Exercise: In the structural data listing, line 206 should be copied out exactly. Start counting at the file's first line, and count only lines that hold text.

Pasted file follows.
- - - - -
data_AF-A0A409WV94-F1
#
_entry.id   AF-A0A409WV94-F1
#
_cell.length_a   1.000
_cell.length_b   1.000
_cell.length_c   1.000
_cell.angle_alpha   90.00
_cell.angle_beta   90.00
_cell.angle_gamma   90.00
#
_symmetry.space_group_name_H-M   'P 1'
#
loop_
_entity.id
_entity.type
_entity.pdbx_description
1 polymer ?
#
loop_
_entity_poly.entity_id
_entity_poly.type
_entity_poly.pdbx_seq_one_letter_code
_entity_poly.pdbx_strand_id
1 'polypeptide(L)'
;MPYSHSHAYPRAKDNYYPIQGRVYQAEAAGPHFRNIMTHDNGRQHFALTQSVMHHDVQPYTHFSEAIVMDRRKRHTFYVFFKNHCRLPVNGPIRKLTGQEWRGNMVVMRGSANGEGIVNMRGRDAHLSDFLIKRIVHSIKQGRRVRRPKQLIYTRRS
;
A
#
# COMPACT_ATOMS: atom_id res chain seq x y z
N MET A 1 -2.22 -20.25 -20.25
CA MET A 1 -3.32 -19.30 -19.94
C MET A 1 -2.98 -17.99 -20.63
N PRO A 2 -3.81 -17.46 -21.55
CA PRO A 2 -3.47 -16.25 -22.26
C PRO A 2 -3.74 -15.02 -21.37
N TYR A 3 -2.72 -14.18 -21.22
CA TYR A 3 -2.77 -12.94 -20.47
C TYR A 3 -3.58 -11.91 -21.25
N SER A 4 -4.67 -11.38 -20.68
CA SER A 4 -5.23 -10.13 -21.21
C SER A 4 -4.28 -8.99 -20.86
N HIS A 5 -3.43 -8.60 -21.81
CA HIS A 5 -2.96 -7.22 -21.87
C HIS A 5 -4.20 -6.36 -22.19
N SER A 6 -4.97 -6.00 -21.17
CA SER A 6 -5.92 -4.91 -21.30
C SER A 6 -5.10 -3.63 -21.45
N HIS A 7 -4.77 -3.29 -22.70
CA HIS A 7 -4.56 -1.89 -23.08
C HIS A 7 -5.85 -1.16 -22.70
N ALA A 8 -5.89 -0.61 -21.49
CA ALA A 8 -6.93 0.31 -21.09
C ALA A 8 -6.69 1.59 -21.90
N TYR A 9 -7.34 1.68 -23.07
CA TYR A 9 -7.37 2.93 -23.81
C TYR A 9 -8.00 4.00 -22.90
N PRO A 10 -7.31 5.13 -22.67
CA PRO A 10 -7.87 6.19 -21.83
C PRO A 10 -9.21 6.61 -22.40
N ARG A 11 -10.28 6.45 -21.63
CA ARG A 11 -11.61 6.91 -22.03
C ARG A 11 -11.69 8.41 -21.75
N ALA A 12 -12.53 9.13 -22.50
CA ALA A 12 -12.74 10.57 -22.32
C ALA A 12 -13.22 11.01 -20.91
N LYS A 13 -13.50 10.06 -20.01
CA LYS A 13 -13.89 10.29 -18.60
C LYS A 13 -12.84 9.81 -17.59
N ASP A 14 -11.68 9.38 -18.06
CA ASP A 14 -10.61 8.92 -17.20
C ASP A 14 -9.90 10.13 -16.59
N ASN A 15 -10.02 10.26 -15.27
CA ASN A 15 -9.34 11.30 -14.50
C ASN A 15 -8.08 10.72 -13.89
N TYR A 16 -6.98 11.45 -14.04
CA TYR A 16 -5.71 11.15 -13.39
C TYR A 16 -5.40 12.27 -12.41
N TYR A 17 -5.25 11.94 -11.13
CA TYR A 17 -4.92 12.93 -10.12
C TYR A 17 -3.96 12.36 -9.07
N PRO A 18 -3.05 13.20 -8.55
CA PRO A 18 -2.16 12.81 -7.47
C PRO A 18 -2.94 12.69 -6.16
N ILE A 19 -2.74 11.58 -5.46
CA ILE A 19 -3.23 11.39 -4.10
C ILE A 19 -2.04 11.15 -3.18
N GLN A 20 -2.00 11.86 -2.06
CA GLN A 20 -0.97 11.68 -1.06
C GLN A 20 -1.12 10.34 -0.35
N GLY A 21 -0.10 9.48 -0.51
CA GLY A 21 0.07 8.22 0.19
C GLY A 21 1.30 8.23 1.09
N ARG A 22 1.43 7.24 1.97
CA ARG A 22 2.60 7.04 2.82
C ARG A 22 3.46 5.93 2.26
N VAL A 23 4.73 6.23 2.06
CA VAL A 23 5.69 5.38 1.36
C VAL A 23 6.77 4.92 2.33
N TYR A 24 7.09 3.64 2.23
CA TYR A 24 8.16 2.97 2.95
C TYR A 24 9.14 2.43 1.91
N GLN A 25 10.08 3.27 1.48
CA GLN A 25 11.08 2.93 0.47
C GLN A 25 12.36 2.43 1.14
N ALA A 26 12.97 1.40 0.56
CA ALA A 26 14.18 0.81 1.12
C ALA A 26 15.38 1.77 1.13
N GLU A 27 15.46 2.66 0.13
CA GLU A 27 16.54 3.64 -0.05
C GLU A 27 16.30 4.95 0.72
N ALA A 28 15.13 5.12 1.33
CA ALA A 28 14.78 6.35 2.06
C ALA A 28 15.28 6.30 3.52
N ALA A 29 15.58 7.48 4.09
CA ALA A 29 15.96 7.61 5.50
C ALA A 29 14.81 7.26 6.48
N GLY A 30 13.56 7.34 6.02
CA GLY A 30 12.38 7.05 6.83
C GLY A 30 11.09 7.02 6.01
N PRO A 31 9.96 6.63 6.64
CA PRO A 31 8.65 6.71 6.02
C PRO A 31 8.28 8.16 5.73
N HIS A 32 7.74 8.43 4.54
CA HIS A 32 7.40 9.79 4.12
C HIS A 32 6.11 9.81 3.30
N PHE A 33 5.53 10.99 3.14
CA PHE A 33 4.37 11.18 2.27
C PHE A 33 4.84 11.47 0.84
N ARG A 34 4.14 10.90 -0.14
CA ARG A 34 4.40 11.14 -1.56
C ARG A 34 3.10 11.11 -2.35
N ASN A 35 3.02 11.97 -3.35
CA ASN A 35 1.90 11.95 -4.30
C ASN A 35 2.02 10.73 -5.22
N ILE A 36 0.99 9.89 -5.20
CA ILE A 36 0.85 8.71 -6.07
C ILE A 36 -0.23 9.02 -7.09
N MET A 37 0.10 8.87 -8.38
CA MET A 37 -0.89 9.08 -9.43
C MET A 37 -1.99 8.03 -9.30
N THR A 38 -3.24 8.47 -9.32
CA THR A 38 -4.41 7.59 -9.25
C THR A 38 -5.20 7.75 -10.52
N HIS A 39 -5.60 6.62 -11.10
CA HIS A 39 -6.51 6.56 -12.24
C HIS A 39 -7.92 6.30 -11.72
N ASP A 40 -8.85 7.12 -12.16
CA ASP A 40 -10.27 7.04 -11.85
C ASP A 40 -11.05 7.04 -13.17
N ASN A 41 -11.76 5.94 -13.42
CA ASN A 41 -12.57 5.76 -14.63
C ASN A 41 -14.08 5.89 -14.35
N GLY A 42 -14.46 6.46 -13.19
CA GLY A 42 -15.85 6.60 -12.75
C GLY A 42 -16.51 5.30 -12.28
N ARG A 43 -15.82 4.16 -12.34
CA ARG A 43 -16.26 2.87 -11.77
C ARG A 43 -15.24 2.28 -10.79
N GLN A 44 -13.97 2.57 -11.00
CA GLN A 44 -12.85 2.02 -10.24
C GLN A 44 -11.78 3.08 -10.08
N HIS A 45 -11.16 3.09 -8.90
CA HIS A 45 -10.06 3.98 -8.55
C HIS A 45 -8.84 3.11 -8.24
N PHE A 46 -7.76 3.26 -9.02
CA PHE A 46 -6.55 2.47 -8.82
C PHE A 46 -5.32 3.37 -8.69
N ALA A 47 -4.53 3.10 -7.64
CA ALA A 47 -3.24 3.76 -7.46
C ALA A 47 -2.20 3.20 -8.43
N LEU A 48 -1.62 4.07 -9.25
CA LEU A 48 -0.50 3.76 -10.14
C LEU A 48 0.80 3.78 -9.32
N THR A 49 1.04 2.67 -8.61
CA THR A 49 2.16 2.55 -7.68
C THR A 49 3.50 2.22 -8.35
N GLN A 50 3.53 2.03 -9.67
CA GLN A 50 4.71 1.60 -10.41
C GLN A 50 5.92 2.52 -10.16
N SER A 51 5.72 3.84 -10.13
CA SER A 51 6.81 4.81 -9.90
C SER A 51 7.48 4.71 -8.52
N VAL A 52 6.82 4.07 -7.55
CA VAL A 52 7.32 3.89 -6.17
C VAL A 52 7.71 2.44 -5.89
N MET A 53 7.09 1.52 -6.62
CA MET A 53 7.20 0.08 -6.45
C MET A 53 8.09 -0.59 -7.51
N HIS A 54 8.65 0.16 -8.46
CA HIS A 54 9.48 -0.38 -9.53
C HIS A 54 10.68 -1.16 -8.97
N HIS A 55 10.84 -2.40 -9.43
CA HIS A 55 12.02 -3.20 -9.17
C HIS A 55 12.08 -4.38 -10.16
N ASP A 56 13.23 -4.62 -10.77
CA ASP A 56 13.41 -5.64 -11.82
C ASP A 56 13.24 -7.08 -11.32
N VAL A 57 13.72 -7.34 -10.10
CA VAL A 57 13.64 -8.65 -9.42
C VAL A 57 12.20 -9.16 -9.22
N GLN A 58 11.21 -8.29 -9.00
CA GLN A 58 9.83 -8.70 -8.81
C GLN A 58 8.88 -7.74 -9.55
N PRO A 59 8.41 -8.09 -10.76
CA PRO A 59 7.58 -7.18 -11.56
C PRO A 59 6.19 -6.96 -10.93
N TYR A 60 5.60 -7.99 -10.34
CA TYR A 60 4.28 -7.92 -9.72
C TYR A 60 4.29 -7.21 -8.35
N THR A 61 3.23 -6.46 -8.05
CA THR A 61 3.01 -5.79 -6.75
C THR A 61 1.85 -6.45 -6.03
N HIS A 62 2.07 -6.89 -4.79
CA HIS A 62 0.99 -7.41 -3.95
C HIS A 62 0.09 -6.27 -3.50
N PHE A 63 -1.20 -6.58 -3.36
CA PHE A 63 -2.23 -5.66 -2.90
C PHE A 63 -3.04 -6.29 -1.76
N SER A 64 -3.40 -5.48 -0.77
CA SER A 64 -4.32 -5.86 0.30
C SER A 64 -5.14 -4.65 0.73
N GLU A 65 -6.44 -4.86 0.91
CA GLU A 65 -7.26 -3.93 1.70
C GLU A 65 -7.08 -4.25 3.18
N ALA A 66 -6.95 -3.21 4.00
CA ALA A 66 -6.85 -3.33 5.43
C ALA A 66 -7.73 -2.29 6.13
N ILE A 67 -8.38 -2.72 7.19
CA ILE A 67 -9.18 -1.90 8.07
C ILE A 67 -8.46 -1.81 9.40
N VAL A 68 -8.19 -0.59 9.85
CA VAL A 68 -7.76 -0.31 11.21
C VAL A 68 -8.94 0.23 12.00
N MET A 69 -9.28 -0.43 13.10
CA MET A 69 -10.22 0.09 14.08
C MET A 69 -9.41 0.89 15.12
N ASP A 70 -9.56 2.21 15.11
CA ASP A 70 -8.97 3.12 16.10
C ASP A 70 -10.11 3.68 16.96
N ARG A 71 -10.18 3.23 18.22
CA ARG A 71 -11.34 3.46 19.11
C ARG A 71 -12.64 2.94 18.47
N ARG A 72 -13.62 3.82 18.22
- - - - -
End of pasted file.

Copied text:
CA PRO A 59 7.58 -7.18 -11.56